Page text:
That's what they have in Sydney, with the Elizabeth Street store (women) and Market Street store (men, homewares) opposite each other. They believe that by using the space in Elizabeth Street more effectively and converting some non-retail space to selling floor, they can consolidate in one store. This would give them 9 trading floors, down from 16 currently.

This is in line with the national plan. As stores come to the end of their leases, DJs are going to shrink their retail spaces by an average of 25%. Obviously Sydney is a bigger cut than that (and it isn't confirmed at this stage) but it does indicate what the future has in store.

Quoting melpax (Reply 56):
they've just finished expensive upgrades of both stores

Which means that the leases were recently renewed. They're probably safe for at least 8-10 years then ... after that ... I'd put money on only having one store.

Quoting melpax (Reply 56):
relinquishing one outlet would only mean handing over floorspace to a potential competitor.

Ah, but that's the thing. With the way retail is going that floor space won't go to a direct competitor. It might get sub-divided and leased to specialty stores, and if that is a foreign fashion brand that could put pressure on DJs margins, but if anything the space is more likely to go to a supermarket and oversized food hall. Don't laugh. Food retail is the most profitable segment for Westfield, and they are therefore remodelling their malls to give greater floor space to those sectors.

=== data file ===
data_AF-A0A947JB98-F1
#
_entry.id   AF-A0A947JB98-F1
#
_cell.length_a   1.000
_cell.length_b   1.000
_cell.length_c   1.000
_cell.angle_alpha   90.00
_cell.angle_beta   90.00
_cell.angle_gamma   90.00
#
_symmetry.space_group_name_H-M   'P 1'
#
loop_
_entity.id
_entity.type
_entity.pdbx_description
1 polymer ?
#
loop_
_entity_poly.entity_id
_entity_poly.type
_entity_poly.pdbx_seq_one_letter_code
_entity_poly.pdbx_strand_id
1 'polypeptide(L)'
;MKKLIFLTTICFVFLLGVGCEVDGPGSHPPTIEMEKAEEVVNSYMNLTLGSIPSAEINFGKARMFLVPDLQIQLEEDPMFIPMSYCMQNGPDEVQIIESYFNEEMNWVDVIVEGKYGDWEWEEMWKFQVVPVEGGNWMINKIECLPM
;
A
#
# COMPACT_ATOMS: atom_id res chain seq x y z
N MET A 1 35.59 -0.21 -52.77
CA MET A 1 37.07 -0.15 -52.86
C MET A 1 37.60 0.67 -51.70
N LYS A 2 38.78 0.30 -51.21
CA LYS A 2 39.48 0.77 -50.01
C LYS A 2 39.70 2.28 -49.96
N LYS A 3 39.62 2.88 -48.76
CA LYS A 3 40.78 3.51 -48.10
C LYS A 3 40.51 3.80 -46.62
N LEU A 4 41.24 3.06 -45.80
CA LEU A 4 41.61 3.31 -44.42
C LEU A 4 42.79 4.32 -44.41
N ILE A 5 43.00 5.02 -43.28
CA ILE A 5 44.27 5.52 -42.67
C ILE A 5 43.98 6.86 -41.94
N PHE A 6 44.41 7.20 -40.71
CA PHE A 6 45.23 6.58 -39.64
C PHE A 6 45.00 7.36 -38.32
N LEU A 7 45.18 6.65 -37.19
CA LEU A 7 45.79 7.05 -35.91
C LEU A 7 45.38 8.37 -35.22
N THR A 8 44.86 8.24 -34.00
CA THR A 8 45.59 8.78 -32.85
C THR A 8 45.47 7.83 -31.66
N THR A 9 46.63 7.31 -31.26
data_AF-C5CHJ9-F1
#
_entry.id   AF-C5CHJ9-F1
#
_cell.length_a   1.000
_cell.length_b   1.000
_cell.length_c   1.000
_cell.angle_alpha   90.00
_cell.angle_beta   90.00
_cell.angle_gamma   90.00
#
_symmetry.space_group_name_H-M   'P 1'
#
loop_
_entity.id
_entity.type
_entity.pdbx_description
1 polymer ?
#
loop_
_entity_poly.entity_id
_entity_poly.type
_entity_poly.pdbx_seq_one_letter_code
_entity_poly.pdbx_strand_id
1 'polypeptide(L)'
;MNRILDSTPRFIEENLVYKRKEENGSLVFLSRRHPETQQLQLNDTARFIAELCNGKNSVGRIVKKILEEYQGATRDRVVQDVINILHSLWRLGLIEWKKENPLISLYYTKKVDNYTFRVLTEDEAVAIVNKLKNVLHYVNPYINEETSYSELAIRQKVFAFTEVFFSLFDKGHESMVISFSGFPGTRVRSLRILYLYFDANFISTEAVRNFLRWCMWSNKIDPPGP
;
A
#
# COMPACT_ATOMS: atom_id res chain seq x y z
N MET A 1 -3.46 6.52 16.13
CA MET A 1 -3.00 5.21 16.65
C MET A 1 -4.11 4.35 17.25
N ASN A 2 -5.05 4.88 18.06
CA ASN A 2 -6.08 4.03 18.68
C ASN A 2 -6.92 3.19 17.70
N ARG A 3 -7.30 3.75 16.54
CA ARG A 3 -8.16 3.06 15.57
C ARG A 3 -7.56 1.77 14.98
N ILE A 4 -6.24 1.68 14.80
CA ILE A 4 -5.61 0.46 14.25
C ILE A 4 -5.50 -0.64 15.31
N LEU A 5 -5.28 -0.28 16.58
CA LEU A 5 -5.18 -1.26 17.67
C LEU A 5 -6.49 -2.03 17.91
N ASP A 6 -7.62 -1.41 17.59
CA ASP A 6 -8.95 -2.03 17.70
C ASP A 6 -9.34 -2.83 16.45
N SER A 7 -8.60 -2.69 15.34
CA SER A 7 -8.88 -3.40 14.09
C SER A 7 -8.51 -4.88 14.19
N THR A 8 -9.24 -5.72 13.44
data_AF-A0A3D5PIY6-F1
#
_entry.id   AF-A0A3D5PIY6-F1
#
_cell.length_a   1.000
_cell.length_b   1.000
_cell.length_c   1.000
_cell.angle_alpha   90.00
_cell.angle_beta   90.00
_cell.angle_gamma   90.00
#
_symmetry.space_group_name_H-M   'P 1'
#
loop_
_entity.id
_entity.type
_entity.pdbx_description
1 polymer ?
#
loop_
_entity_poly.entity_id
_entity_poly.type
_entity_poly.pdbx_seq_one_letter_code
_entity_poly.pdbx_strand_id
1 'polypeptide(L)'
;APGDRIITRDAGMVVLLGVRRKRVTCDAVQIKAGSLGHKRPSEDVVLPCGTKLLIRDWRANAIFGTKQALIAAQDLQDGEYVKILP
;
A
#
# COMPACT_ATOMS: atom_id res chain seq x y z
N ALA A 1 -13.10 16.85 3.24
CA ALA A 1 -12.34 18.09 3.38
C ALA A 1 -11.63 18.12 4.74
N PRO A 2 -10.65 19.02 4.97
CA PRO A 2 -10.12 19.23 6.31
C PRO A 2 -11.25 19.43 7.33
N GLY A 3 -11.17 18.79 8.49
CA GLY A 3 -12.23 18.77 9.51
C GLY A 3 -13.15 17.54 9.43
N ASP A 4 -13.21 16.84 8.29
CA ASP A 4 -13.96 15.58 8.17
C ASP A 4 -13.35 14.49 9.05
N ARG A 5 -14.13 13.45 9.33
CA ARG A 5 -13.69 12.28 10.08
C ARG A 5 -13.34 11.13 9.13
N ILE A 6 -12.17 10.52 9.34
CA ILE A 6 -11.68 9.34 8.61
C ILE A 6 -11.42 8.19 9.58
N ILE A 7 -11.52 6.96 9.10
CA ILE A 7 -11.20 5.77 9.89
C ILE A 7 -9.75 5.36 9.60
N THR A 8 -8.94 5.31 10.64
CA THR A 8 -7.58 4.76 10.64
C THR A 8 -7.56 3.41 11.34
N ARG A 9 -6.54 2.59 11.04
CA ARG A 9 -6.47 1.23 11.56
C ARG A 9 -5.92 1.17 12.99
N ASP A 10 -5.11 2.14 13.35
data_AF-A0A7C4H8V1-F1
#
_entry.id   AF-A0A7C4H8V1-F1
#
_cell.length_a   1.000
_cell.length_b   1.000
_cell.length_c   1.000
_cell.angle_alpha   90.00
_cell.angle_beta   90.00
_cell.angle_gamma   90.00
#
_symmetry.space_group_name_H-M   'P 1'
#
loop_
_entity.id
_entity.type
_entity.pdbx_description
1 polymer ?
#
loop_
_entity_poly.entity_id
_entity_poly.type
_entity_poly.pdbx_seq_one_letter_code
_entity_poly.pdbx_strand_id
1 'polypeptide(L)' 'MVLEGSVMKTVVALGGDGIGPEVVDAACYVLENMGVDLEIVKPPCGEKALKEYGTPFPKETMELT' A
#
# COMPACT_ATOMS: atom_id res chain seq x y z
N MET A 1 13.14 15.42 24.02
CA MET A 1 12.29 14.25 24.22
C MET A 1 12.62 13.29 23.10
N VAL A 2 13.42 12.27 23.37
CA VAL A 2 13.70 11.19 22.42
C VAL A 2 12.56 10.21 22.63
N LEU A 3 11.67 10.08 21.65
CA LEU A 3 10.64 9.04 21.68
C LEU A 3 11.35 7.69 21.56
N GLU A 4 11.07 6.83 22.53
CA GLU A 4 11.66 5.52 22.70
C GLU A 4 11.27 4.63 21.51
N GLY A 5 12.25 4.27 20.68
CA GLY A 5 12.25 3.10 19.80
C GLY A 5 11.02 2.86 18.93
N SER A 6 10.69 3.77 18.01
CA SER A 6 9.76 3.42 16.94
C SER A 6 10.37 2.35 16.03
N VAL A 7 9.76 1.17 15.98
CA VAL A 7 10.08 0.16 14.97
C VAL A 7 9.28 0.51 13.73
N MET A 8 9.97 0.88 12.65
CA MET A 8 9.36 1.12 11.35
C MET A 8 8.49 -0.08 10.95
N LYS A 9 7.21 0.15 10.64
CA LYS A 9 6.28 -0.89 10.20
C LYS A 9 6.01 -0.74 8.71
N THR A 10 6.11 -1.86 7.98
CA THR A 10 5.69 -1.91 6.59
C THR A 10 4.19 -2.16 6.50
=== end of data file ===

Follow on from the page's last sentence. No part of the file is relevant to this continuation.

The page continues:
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bunumuring
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RE: Major Retailers That Are Close To Being Defunct

Fri Aug 08, 2014 2:25 pm

Quoting RyanairGuru (Reply 59):
This is in line with the national plan. As stores come to the end of their leases, DJs are going to shrink their retail spaces by an average of 25%. Obviously Sydney is a bigger cut than that (and it isn't confirmed at this stage) but it does indicate what the future has in store.

Actually, the latest thinking is MORE outlets of a smaller size to increase brand penetration - and that is from a high source in the company who happens to be a relative...

And both DJs and Myer are thinking along these lines.

The newest Myer, in Shellharbour NSW, is a good example of the way the chain is heading with regards new stores. The redeveloped and downsized Westfield Liverpool Myer is the latest thinking in this trend, and is I have heard making a healthy financial return as a result.